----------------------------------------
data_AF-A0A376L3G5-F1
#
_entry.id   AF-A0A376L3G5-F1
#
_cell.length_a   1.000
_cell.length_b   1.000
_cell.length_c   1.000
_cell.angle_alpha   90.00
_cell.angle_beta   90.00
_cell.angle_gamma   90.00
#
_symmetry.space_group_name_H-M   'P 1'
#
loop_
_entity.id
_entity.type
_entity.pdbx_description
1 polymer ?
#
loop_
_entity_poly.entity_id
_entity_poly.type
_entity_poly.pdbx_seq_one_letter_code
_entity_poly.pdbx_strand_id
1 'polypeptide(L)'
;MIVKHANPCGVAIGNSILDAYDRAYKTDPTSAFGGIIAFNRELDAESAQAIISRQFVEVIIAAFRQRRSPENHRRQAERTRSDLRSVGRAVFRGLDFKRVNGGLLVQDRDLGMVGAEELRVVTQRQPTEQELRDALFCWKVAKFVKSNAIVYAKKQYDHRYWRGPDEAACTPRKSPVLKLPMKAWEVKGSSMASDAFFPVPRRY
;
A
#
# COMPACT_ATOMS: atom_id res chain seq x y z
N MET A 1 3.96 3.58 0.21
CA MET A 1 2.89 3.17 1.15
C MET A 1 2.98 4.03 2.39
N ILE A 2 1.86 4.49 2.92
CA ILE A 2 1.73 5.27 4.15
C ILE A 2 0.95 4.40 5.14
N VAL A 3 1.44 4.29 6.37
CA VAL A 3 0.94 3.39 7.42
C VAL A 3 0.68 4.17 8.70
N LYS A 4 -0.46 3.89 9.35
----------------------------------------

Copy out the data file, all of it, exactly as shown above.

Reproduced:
data_AF-A0A376L3G5-F1
#
_entry.id   AF-A0A376L3G5-F1
#
_cell.length_a   1.000
_cell.length_b   1.000
_cell.length_c   1.000
_cell.angle_alpha   90.00
_cell.angle_beta   90.00
_cell.angle_gamma   90.00
#
_symmetry.space_group_name_H-M   'P 1'
#
loop_
_entity.id
_entity.type
_entity.pdbx_description
1 polymer ?
#
loop_
_entity_poly.entity_id
_entity_poly.type
_entity_poly.pdbx_seq_one_letter_code
_entity_poly.pdbx_strand_id
1 'polypeptide(L)'
;MIVKHANPCGVAIGNSILDAYDRAYKTDPTSAFGGIIAFNRELDAESAQAIISRQFVEVIIAAFRQRRSPENHRRQAERTRSDLRSVGRAVFRGLDFKRVNGGLLVQDRDLGMVGAEELRVVTQRQPTEQELRDALFCWKVAKFVKSNAIVYAKKQYDHRYWRGPDEAACTPRKSPVLKLPMKAWEVKGSSMASDAFFPVPRRY
;
A
#
# COMPACT_ATOMS: atom_id res chain seq x y z
N MET A 1 3.96 3.58 0.21
CA MET A 1 2.89 3.17 1.15
C MET A 1 2.98 4.03 2.39
N ILE A 2 1.86 4.49 2.92
CA ILE A 2 1.73 5.27 4.15
C ILE A 2 0.95 4.40 5.14
N VAL A 3 1.44 4.29 6.37
CA VAL A 3 0.94 3.39 7.42
C VAL A 3 0.68 4.17 8.70
N LYS A 4 -0.46 3.89 9.35